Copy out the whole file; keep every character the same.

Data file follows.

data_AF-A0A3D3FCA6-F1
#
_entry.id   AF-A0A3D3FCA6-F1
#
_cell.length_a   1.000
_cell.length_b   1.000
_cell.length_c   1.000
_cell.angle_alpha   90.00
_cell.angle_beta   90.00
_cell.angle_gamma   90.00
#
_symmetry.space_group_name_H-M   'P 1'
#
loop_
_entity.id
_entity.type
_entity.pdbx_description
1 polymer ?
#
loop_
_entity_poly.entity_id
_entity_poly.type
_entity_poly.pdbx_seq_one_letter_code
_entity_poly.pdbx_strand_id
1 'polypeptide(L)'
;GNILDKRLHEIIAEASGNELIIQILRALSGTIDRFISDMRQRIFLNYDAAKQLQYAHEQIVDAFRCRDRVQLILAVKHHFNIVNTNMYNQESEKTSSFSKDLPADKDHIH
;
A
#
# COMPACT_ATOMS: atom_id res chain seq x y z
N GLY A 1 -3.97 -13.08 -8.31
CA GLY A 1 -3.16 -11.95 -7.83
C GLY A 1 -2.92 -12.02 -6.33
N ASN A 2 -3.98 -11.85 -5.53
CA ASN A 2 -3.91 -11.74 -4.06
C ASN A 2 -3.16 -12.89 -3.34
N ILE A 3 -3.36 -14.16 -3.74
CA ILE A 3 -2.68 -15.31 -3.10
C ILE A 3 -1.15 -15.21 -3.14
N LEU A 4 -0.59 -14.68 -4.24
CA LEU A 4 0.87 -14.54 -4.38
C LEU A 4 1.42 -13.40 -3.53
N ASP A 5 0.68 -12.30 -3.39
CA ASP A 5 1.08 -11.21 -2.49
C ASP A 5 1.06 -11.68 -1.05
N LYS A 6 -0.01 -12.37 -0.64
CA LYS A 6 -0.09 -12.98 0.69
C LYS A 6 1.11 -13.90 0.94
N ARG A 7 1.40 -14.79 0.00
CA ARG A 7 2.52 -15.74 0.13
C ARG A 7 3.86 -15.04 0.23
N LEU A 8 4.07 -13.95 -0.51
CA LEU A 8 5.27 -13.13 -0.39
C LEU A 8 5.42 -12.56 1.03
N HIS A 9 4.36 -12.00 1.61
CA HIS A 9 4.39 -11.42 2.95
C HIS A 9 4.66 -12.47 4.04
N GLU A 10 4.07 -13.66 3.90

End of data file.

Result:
data_AF-A0A3D3FCA6-F1
#
_entry.id   AF-A0A3D3FCA6-F1
#
_cell.length_a   1.000
_cell.length_b   1.000
_cell.length_c   1.000
_cell.angle_alpha   90.00
_cell.angle_beta   90.00
_cell.angle_gamma   90.00
#
_symmetry.space_group_name_H-M   'P 1'
#
loop_
_entity.id
_entity.type
_entity.pdbx_description
1 polymer ?
#
loop_
_entity_poly.entity_id
_entity_poly.type
_entity_poly.pdbx_seq_one_letter_code
_entity_poly.pdbx_strand_id
1 'polypeptide(L)'
;GNILDKRLHEIIAEASGNELIIQILRALSGTIDRFISDMRQRIFLNYDAAKQLQYAHEQIVDAFRCRDRVQLILAVKHHFNIVNTNMYNQESEKTSSFSKDLPADKDHIH
;
A
#
# COMPACT_ATOMS: atom_id res chain seq x y z
N GLY A 1 -3.97 -13.08 -8.31
CA GLY A 1 -3.16 -11.95 -7.83
C GLY A 1 -2.92 -12.02 -6.33
N ASN A 2 -3.98 -11.85 -5.53
CA ASN A 2 -3.91 -11.74 -4.06
C ASN A 2 -3.16 -12.89 -3.34
N ILE A 3 -3.36 -14.16 -3.74
CA ILE A 3 -2.68 -15.31 -3.10
C ILE A 3 -1.15 -15.21 -3.14
N LEU A 4 -0.59 -14.68 -4.24
CA LEU A 4 0.87 -14.54 -4.38
C LEU A 4 1.42 -13.40 -3.53
N ASP A 5 0.68 -12.30 -3.39
CA ASP A 5 1.08 -11.21 -2.49
C ASP A 5 1.06 -11.68 -1.05
N LYS A 6 -0.01 -12.37 -0.64
CA LYS A 6 -0.09 -12.98 0.69
C LYS A 6 1.11 -13.90 0.94
N ARG A 7 1.40 -14.79 0.00
CA ARG A 7 2.52 -15.74 0.13
C ARG A 7 3.86 -15.04 0.23
N LEU A 8 4.07 -13.95 -0.51
CA LEU A 8 5.27 -13.13 -0.39
C LEU A 8 5.42 -12.56 1.03
N HIS A 9 4.36 -12.00 1.61
CA HIS A 9 4.39 -11.42 2.95
C HIS A 9 4.66 -12.47 4.04
N GLU A 10 4.07 -13.66 3.90